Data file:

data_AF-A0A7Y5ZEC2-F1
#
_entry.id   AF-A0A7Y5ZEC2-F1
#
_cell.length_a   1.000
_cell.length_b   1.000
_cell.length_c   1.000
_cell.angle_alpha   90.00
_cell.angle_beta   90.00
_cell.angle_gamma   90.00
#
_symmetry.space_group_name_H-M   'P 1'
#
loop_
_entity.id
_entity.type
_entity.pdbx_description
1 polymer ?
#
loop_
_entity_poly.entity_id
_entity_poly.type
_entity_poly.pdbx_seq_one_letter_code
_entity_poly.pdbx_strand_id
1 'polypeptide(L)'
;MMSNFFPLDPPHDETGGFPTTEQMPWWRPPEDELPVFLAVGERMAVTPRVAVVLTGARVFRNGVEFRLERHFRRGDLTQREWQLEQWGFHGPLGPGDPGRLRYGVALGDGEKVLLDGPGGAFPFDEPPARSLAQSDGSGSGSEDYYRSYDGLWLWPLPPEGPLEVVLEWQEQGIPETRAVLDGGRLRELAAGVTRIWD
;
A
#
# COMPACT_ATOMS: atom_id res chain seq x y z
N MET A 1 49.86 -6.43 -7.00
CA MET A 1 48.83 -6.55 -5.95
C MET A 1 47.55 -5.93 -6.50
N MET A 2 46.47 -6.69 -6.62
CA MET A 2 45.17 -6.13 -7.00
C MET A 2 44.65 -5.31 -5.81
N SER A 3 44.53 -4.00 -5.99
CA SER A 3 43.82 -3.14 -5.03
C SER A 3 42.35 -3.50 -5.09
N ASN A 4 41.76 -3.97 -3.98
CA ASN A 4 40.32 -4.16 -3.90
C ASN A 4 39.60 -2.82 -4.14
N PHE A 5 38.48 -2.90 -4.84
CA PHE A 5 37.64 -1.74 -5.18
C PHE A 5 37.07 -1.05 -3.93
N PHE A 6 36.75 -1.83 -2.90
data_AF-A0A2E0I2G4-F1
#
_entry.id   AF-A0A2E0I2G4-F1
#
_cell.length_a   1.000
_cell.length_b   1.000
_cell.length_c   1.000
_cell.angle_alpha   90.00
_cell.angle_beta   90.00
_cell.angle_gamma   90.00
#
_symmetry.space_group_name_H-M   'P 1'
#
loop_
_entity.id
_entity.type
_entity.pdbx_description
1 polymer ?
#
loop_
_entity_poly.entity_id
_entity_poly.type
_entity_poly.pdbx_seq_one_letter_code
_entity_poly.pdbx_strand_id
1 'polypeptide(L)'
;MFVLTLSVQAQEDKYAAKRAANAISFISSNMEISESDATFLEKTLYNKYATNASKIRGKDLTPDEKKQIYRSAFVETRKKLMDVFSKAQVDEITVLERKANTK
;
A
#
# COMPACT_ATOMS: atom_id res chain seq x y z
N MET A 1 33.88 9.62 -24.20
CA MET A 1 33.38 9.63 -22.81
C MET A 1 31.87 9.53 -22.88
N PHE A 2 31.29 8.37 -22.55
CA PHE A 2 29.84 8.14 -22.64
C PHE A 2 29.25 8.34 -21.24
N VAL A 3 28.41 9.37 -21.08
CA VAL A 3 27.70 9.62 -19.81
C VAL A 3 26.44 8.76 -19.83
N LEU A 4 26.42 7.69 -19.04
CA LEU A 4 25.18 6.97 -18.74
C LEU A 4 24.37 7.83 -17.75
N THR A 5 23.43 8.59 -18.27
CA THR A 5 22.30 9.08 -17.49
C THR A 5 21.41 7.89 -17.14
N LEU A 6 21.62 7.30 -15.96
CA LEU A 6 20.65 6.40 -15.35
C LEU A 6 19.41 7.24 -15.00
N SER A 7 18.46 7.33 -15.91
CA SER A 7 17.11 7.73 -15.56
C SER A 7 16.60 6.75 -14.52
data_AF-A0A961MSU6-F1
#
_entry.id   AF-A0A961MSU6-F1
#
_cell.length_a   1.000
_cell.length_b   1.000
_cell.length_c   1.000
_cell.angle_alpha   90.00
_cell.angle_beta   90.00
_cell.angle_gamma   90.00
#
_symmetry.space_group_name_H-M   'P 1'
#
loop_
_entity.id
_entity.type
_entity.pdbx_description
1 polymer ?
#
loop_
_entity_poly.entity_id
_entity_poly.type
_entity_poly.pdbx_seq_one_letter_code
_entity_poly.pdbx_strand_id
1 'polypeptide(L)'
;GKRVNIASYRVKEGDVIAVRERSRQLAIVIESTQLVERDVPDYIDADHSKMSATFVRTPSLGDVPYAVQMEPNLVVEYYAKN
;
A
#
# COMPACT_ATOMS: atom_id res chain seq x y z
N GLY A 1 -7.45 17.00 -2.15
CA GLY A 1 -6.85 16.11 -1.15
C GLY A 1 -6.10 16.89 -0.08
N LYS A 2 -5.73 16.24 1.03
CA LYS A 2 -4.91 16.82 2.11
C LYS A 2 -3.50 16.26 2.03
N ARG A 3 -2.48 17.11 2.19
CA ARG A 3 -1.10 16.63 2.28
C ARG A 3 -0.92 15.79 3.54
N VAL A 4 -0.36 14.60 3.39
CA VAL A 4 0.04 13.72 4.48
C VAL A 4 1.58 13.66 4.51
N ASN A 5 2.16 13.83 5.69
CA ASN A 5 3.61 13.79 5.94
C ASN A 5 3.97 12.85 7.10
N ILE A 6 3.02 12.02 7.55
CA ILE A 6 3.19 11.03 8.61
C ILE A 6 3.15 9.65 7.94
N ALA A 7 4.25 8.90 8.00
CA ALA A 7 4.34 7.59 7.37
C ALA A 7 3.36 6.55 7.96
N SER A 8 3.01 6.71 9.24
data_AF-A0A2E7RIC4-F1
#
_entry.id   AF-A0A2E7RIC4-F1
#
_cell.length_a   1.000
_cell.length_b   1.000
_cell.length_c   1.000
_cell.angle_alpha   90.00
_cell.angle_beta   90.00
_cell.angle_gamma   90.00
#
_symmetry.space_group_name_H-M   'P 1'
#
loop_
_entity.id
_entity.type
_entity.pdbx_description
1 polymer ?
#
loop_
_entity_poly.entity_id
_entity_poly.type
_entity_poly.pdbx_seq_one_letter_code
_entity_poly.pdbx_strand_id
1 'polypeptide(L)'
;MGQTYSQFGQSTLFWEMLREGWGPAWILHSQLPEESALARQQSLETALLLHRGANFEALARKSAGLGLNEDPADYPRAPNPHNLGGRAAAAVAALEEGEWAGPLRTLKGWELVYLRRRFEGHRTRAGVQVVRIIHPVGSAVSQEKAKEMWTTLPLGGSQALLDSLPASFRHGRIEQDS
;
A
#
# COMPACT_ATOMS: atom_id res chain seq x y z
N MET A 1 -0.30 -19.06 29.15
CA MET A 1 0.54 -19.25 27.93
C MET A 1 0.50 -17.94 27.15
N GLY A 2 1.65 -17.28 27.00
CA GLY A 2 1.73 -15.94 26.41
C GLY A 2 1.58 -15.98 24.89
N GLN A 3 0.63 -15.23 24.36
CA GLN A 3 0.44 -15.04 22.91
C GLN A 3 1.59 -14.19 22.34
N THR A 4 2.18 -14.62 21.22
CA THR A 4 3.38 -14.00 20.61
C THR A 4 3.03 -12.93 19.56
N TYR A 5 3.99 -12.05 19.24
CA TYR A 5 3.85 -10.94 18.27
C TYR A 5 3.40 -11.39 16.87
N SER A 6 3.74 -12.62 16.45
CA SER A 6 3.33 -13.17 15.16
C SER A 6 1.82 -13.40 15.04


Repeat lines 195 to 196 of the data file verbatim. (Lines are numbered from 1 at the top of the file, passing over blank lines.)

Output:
N SER A 6 3.74 -12.62 16.45
CA SER A 6 3.33 -13.17 15.16